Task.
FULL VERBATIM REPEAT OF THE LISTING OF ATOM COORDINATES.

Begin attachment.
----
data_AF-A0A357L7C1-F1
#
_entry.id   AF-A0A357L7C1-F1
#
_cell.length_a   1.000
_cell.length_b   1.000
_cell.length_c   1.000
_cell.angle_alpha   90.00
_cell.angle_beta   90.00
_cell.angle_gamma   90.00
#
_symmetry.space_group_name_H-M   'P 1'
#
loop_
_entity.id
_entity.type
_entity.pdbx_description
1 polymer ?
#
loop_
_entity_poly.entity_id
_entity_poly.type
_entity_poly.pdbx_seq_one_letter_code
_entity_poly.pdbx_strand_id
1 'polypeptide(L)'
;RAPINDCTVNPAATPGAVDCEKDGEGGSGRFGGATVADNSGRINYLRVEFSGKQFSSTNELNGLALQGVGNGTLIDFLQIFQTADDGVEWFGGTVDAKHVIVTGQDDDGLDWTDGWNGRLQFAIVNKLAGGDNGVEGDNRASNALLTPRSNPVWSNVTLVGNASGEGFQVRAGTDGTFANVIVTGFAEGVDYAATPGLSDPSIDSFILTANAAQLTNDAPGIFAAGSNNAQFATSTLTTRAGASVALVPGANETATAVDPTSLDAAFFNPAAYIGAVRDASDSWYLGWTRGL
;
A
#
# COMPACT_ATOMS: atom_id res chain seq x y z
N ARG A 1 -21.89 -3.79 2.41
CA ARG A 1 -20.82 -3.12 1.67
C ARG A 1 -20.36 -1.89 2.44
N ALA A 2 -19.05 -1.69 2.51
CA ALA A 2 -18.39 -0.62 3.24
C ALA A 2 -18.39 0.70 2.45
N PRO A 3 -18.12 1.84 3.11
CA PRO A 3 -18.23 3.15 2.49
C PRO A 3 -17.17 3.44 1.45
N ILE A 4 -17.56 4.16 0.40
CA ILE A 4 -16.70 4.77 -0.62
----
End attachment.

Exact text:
data_AF-A0A357L7C1-F1
#
_entry.id   AF-A0A357L7C1-F1
#
_cell.length_a   1.000
_cell.length_b   1.000
_cell.length_c   1.000
_cell.angle_alpha   90.00
_cell.angle_beta   90.00
_cell.angle_gamma   90.00
#
_symmetry.space_group_name_H-M   'P 1'
#
loop_
_entity.id
_entity.type
_entity.pdbx_description
1 polymer ?
#
loop_
_entity_poly.entity_id
_entity_poly.type
_entity_poly.pdbx_seq_one_letter_code
_entity_poly.pdbx_strand_id
1 'polypeptide(L)'
;RAPINDCTVNPAATPGAVDCEKDGEGGSGRFGGATVADNSGRINYLRVEFSGKQFSSTNELNGLALQGVGNGTLIDFLQIFQTADDGVEWFGGTVDAKHVIVTGQDDDGLDWTDGWNGRLQFAIVNKLAGGDNGVEGDNRASNALLTPRSNPVWSNVTLVGNASGEGFQVRAGTDGTFANVIVTGFAEGVDYAATPGLSDPSIDSFILTANAAQLTNDAPGIFAAGSNNAQFATSTLTTRAGASVALVPGANETATAVDPTSLDAAFFNPAAYIGAVRDASDSWYLGWTRGL
;
A
#
# COMPACT_ATOMS: atom_id res chain seq x y z
N ARG A 1 -21.89 -3.79 2.41
CA ARG A 1 -20.82 -3.12 1.67
C ARG A 1 -20.36 -1.89 2.44
N ALA A 2 -19.05 -1.69 2.51
CA ALA A 2 -18.39 -0.62 3.24
C ALA A 2 -18.39 0.70 2.45
N PRO A 3 -18.12 1.84 3.11
CA PRO A 3 -18.23 3.15 2.49
C PRO A 3 -17.17 3.44 1.45
N ILE A 4 -17.56 4.16 0.40
CA ILE A 4 -16.70 4.77 -0.62